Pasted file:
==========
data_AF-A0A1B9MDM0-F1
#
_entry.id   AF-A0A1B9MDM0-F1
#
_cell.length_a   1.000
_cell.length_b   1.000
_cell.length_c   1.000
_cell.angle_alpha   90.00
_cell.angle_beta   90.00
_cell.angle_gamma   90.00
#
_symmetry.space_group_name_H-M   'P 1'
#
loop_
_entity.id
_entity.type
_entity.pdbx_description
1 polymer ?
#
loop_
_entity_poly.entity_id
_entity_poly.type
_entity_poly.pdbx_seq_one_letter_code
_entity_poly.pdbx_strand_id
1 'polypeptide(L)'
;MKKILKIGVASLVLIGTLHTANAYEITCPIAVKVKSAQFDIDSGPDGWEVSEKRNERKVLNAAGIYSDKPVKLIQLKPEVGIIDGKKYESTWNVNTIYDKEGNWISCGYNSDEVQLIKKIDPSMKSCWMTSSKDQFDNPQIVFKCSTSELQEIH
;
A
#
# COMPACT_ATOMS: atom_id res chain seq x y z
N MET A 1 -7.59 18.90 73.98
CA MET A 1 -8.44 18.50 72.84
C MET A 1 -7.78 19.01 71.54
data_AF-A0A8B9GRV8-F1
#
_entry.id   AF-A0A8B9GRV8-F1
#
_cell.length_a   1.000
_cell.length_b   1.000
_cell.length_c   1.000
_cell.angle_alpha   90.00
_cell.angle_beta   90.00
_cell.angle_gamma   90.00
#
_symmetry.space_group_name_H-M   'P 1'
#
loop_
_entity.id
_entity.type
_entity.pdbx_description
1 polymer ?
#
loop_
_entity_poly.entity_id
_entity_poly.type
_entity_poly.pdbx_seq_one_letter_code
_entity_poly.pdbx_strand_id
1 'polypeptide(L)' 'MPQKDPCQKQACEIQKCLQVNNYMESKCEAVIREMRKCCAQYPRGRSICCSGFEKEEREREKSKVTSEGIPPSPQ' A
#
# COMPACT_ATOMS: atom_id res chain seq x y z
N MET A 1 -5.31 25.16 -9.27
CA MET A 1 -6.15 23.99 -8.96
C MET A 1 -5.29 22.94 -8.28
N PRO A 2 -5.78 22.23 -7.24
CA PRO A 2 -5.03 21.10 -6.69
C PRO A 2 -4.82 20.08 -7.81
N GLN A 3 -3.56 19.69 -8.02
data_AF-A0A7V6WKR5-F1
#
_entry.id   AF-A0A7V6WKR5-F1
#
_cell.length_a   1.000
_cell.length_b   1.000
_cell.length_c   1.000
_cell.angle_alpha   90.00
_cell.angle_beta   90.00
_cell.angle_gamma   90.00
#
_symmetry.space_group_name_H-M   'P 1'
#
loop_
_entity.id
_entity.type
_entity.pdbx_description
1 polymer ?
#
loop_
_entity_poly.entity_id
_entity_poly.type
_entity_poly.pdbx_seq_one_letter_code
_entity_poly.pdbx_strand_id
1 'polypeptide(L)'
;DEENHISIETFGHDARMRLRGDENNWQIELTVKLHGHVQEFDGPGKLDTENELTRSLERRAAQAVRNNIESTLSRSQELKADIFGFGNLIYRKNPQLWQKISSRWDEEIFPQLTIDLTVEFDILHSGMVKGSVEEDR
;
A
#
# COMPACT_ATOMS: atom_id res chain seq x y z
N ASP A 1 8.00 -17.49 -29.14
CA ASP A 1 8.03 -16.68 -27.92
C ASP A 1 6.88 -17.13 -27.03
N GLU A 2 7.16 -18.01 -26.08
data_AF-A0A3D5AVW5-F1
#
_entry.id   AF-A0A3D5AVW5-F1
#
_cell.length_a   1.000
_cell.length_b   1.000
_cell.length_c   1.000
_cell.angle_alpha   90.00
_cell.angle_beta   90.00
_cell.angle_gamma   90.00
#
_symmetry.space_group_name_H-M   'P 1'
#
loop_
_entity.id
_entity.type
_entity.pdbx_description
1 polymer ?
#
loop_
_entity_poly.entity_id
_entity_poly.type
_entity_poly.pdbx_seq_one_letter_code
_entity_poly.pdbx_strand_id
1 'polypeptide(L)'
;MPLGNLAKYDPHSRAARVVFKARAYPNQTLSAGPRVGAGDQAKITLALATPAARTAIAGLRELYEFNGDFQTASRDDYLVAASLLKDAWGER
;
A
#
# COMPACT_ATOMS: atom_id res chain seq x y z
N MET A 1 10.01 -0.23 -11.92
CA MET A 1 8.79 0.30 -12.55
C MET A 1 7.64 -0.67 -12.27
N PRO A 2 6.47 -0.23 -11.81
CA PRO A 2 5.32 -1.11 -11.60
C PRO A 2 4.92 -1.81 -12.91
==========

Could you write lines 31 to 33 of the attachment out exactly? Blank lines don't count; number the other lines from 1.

N MET A 1 -7.59 18.90 73.98
CA MET A 1 -8.44 18.50 72.84
C MET A 1 -7.78 19.01 71.54